Find out how curiosity is driving some of the work we do here at EMBL
Curiosity sits at the heart of scientific discovery. It helps us explore and make sense of our world. It kick-starts ambitious projects and it stirs our imagination. It has even been known to get us in trouble every now and then.
To celebrate curiosity as a driving force behind science, technology and engineering, in our latest editorial theme we explore what EMBL is curious about. Below are some of the articles that answer this question and more.
Six curious questions and the EMBL community’s answers. Check back each week for the next question.
EMBL alumnus and Nobel laureate Jacques Dubochet explains the role of serendipity, luck, and failure that led to the key aha moment that is part of the reason he was awarded the Nobel Prize.
In the 16th Century, the desire to collect and enhance knowledge about our world gave rise to the cabinet of curiosities. Today, those same tendencies drive EMBL-EBI’s data resources. Find out how open data is changing our pursuit of scientific discovery.
A talent for organisation has taken EMBL’s Steffi Kandels-Lewis across the globe. Hear Steffi’s incredible behind-the-scenes stories that have given her ‘enough experiences for three lifetimes’.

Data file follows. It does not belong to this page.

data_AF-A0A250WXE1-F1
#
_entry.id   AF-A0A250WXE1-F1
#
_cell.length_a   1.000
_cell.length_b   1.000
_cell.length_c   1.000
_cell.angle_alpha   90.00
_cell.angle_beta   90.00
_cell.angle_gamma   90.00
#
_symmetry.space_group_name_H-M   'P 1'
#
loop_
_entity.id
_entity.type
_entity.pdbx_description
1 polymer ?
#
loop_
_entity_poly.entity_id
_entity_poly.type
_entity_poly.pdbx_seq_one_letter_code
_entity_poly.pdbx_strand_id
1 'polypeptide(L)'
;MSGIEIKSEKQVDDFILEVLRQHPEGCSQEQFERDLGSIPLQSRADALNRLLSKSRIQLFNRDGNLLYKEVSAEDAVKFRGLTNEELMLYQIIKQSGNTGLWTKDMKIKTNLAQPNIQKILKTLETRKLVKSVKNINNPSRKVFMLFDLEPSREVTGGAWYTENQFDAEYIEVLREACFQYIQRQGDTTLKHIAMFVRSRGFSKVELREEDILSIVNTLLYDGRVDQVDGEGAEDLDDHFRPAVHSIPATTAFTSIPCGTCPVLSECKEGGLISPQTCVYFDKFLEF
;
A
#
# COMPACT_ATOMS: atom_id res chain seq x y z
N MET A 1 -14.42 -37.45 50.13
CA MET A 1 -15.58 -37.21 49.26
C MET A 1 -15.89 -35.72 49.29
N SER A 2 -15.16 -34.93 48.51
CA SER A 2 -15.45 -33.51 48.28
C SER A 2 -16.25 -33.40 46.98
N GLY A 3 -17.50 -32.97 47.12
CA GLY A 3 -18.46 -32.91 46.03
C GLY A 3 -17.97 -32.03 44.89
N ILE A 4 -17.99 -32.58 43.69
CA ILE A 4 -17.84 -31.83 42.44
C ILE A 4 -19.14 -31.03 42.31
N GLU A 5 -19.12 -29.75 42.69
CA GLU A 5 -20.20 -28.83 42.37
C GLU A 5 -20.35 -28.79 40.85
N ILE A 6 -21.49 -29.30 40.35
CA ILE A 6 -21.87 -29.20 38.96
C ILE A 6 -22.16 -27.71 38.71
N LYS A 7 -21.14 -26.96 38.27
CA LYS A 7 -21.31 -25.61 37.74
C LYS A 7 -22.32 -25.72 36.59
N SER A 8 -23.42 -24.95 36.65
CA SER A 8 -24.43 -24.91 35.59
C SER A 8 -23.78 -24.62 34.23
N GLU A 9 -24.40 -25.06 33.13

Flies with oddly-coloured eyes, flies with multiple pairs of wings, flies with legs on their head. Since the early 20th century, scientists have been creating curious-looking flies. Here are some of the things we have learned from fruit fly research.
Following his speech at EMBL’s annual reception, Rolf Heuer, President of SESAME, discusses the importance of science, collaboration and of questioning everything.
The Ig Nobel Prizes are renowned as a spoof alternative to the Nobel Prizes. From cats behaving like liquids to frogs levitating inside a magnet, Ig Nobel emcee Marc Abrahams has seen it all. Read our interview with Marc Abrahams in advance of his EMBL Science and Society talk in December.
Working on scientific instruments has taken EMBL alumnus Simon Sheldon to the ends of the Earth. Read more about his work on ice core drilling expeditions in Greenland and Antarctica.